Robinhood is not a meme stock and doesn’t plan to sell shares to raise funds, CFO says

According to the company’s CFO, the newly listed stock trading app Robinhood is not seeking a second offer in order to benefit from the share price increase driven by private investors.

“It doesn’t do me good to call Robinhood a meme stock,” said Jason Warnick, CFO of Robinhood, CNBC’s Kate Rooney in Squawk Box on Thursday. “In response to your question about additional fundraising, we currently have no plans to raise additional funds.”

A week after Robinhood’s lackluster debut at $ 38 per share, the stock saw its share price surge. The free trade pioneer became part of the meme stock craze it once sparked, and retailers drove a stunning rally. Robinhood stock hit $ 85 at times after falling back to $ 49.80 from its current level.

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After reporting record second-quarter sales on Wednesday, Warnick said the fundamentals for Robinhood are strong.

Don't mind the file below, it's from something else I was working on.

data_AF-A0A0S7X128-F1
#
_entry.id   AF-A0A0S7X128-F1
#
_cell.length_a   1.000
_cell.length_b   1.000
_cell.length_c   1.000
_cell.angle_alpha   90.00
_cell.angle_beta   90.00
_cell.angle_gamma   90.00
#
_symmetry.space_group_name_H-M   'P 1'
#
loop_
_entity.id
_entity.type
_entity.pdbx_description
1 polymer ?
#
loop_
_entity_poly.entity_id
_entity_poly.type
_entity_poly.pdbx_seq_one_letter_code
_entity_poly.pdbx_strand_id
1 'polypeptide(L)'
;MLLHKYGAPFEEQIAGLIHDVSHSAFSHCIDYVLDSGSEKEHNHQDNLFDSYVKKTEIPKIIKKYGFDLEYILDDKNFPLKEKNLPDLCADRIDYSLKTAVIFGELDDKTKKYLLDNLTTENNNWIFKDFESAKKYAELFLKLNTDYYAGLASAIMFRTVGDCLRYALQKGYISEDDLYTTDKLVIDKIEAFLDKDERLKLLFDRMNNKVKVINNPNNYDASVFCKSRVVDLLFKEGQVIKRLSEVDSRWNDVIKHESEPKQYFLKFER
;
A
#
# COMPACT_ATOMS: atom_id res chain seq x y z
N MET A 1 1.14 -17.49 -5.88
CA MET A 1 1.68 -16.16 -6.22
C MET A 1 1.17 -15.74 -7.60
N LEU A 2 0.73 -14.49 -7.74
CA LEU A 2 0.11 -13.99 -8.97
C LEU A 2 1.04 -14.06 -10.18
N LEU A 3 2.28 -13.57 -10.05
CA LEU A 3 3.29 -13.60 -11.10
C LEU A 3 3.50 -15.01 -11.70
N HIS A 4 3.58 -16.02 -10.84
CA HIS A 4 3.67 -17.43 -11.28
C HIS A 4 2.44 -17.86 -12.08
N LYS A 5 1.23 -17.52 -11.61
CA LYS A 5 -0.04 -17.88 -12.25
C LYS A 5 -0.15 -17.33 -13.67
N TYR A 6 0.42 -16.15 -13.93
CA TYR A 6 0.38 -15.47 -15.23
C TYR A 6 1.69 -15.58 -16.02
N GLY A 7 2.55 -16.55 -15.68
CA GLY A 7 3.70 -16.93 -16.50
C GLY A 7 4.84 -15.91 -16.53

“We have 22 and a half million customers, our record quarter of $ 565 million. I think our business has a really strong unified economy, ”added Warnick.

Robinhood’s revenue more than doubled to $ 565 million in the second quarter, aided by a massive surge in crypto trading. However, stocks lost 9% on Thursday amid investor concerns about a possible slowdown in trading. Market participants could also worry whether volatile cryptocurrencies can continue to provide such tailwind for brokerage.

Revenue from crypto trading was $ 233 million, more than half of all transaction-based revenue of $ 451 million for the second quarter. The revenue share of cryptocurrency rose from 17% in the first quarter to over 51%.

Warnick also said Robinhood has enough capital to take another shock like the January GameStop short squeeze.

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